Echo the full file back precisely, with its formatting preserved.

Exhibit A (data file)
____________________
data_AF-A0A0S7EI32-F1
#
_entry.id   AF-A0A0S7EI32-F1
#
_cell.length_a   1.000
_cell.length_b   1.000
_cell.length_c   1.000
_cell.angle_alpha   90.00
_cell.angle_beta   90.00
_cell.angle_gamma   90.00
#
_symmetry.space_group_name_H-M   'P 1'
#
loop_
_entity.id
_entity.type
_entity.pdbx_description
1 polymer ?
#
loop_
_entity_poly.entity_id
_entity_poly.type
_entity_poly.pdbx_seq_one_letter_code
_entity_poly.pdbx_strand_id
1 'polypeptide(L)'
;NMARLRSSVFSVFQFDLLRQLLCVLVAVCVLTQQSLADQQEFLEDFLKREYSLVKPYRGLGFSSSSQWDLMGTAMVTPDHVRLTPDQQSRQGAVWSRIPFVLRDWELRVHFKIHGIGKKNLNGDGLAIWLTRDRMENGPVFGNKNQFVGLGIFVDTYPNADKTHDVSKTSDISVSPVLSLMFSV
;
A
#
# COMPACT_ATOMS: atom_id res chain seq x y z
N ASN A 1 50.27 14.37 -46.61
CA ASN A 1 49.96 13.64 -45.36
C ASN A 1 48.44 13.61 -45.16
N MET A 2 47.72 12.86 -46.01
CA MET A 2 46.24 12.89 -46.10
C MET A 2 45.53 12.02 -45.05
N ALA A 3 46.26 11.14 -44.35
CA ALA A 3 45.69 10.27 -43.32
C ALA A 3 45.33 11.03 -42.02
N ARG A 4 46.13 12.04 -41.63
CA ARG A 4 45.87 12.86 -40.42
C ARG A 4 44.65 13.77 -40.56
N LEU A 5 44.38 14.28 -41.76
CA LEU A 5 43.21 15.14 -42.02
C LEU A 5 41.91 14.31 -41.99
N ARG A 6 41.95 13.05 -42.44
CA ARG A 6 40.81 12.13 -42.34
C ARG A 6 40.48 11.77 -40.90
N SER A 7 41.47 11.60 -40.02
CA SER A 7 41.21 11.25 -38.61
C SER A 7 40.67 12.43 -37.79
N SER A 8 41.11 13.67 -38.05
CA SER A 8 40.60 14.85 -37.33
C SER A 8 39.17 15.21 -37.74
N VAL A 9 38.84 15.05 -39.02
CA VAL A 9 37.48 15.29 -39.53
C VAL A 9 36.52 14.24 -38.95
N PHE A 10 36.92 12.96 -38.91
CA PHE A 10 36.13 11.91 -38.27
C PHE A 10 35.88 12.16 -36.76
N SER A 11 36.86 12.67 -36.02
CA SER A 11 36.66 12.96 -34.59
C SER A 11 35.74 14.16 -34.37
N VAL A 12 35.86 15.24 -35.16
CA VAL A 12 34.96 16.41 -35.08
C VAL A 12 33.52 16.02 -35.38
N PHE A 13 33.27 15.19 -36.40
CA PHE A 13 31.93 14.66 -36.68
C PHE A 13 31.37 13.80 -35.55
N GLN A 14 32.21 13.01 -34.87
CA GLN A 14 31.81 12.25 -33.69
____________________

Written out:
data_AF-A0A0S7EI32-F1
#
_entry.id   AF-A0A0S7EI32-F1
#
_cell.length_a   1.000
_cell.length_b   1.000
_cell.length_c   1.000
_cell.angle_alpha   90.00
_cell.angle_beta   90.00
_cell.angle_gamma   90.00
#
_symmetry.space_group_name_H-M   'P 1'
#
loop_
_entity.id
_entity.type
_entity.pdbx_description
1 polymer ?
#
loop_
_entity_poly.entity_id
_entity_poly.type
_entity_poly.pdbx_seq_one_letter_code
_entity_poly.pdbx_strand_id
1 'polypeptide(L)'
;NMARLRSSVFSVFQFDLLRQLLCVLVAVCVLTQQSLADQQEFLEDFLKREYSLVKPYRGLGFSSSSQWDLMGTAMVTPDHVRLTPDQQSRQGAVWSRIPFVLRDWELRVHFKIHGIGKKNLNGDGLAIWLTRDRMENGPVFGNKNQFVGLGIFVDTYPNADKTHDVSKTSDISVSPVLSLMFSV
;
A
#
# COMPACT_ATOMS: atom_id res chain seq x y z
N ASN A 1 50.27 14.37 -46.61
CA ASN A 1 49.96 13.64 -45.36
C ASN A 1 48.44 13.61 -45.16
N MET A 2 47.72 12.86 -46.01
CA MET A 2 46.24 12.89 -46.10
C MET A 2 45.53 12.02 -45.05
N ALA A 3 46.26 11.14 -44.35
CA ALA A 3 45.69 10.27 -43.32
C ALA A 3 45.33 11.03 -42.02
N ARG A 4 46.13 12.04 -41.63
CA ARG A 4 45.87 12.86 -40.42
C ARG A 4 44.65 13.77 -40.56
N LEU A 5 44.38 14.28 -41.76
CA LEU A 5 43.21 15.14 -42.02
C LEU A 5 41.91 14.31 -41.99
N ARG A 6 41.95 13.05 -42.44
CA ARG A 6 40.81 12.13 -42.34
C ARG A 6 40.48 11.77 -40.90
N SER A 7 41.47 11.60 -40.02
CA SER A 7 41.21 11.25 -38.61
C SER A 7 40.67 12.43 -37.79
N SER A 8 41.11 13.67 -38.05
CA SER A 8 40.60 14.85 -37.33
C SER A 8 39.17 15.21 -37.74
N VAL A 9 38.84 15.05 -39.02
CA VAL A 9 37.48 15.29 -39.53
C VAL A 9 36.52 14.24 -38.95
N PHE A 10 36.92 12.96 -38.91
CA PHE A 10 36.13 11.91 -38.27
C PHE A 10 35.88 12.16 -36.76
N SER A 11 36.86 12.67 -36.02
CA SER A 11 36.66 12.96 -34.59
C SER A 11 35.74 14.16 -34.37
N VAL A 12 35.86 15.24 -35.16
CA VAL A 12 34.96 16.41 -35.08
C VAL A 12 33.52 16.02 -35.38
N PHE A 13 33.27 15.19 -36.40
CA PHE A 13 31.93 14.66 -36.68
C PHE A 13 31.37 13.80 -35.55
N GLN A 14 32.21 13.01 -34.87
CA GLN A 14 31.81 12.25 -33.69